4 March 2016
Our work of the week is Five Ships – Mount’s Bay (c.1928) by Alfred Wallis. This is one of five works from our collection that is explored in detail in A Handful of Objects, our new online resource.
Alfred Wallis often painted the ships he knew from his youth, the types of sailing ships that were being replaced by large steamboats. Despite being painted from memory, the ships in this painting show a large degree of technical accuracy. In the painting five Cornish luggers (small sailing ships) are shown sailing into Mount’s Bay. Mount’s Bay is a place for shelter in stormy weather. The ships here are shown with only a small amount of sail unfolded, suggesting strong winds and a possible storm. Wallis’s knowledge of the ships is also demonstrated in the attention to detail of the rigging. The painting does, however, play with perspective, showing us a more personalised view than accurate one. Wallis includes two lighthouses, which would not in reality be visible together in this way. He often included lighthouses in his artwork, which emphasise the fraught and fragile relationship between humans, boats and the sea.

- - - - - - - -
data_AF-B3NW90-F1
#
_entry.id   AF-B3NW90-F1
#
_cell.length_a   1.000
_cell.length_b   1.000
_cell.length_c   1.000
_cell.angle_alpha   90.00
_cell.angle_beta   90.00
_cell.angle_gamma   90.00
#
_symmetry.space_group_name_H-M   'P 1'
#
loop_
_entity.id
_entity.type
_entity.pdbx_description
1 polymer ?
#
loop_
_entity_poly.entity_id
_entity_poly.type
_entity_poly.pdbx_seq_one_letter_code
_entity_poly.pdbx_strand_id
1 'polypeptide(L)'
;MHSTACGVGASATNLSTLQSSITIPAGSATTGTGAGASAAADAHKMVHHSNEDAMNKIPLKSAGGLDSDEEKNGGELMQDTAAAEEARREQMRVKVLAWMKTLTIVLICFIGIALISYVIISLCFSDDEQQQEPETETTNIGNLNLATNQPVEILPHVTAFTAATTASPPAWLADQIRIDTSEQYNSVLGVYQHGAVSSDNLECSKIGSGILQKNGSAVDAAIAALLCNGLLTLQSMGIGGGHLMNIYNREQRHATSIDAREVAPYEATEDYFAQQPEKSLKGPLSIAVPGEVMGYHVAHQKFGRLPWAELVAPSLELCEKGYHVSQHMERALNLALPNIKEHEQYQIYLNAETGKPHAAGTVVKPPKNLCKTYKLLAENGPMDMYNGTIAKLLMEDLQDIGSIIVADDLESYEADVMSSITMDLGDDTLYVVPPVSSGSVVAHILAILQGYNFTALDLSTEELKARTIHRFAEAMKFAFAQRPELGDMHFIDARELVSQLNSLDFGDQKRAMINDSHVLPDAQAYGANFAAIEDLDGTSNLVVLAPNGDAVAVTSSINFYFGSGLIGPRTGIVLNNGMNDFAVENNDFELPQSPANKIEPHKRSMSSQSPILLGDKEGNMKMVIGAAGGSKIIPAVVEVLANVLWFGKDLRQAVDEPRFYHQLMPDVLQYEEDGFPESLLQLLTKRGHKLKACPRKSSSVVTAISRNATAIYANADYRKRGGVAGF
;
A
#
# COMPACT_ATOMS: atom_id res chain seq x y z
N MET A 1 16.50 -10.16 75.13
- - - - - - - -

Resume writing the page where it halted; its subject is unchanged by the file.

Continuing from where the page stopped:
Find out more about this piece through film, photos and archival resources here.